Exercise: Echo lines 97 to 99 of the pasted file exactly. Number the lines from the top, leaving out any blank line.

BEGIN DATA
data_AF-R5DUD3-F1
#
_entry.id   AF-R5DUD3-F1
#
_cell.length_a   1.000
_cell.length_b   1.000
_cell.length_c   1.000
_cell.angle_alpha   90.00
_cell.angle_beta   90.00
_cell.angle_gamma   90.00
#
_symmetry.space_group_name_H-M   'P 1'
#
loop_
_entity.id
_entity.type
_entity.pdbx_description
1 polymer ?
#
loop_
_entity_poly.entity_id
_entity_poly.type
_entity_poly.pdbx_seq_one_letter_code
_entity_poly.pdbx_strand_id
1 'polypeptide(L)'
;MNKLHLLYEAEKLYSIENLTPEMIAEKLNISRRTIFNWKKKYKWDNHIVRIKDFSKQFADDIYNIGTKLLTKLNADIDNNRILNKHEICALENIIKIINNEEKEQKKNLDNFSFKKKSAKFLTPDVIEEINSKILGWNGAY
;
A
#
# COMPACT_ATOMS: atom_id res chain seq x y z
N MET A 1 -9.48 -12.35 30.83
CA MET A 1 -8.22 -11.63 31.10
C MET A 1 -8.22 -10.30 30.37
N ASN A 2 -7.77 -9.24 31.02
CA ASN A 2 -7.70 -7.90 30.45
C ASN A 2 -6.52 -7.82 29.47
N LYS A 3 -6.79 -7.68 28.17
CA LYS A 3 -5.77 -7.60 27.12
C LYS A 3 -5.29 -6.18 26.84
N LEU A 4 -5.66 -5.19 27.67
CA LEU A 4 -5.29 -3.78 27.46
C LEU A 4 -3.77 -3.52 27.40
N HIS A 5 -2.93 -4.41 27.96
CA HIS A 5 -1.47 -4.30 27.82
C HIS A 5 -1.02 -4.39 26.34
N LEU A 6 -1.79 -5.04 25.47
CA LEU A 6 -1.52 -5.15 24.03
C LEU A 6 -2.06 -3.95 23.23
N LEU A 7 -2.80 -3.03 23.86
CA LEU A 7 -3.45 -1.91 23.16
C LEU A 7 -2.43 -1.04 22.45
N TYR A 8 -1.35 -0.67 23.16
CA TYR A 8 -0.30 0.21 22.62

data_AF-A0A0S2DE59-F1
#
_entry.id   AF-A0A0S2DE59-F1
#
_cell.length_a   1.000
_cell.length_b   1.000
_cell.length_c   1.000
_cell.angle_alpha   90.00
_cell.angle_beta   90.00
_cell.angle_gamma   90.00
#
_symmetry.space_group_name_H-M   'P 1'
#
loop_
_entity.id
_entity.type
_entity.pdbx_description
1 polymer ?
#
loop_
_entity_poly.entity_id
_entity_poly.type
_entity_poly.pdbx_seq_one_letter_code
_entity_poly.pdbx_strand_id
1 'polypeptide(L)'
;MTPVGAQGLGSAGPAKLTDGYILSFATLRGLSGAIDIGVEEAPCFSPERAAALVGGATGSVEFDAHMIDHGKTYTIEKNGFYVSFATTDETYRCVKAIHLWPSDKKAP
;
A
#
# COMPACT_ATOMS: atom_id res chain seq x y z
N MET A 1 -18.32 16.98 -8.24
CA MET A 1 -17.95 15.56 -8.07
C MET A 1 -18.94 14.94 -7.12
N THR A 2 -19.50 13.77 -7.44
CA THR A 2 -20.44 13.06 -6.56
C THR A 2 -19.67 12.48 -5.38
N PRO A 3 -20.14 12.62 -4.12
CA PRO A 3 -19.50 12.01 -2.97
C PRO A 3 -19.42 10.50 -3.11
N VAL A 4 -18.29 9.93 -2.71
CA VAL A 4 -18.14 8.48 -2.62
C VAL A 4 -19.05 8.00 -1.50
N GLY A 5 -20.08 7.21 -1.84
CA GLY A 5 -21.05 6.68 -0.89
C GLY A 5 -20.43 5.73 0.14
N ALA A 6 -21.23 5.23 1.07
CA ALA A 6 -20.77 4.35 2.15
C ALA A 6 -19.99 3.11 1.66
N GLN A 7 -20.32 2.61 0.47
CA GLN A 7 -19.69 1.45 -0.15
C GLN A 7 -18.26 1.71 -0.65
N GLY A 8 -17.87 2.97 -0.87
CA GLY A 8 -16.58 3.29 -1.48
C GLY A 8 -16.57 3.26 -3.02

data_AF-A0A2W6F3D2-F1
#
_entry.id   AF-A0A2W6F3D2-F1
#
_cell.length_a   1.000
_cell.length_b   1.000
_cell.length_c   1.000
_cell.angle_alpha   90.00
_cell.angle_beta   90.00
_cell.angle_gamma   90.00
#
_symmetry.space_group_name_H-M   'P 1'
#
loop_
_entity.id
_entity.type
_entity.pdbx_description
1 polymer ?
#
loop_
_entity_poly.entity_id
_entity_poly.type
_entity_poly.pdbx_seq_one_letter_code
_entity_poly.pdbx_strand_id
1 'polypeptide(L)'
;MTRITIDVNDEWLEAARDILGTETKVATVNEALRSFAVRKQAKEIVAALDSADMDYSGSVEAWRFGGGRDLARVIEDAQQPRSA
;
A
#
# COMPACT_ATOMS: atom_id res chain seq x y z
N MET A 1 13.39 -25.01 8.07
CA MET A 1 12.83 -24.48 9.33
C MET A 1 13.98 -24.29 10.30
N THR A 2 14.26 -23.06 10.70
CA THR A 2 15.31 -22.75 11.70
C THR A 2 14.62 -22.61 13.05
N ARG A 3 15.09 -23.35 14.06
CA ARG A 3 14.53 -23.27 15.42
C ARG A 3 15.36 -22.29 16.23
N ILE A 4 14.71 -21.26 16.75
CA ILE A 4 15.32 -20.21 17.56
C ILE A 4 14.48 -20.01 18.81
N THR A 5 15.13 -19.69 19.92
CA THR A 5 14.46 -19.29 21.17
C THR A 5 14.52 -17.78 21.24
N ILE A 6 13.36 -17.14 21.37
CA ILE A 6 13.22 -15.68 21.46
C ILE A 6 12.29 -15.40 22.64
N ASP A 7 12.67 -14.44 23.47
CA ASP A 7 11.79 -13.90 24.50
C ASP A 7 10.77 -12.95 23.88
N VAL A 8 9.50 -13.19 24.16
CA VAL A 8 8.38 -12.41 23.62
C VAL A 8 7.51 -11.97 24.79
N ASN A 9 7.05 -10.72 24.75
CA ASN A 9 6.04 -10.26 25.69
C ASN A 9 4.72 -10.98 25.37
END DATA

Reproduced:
CA GLY A 5 -21.05 6.68 -0.89
C GLY A 5 -20.43 5.73 0.14
N ALA A 6 -21.23 5.23 1.07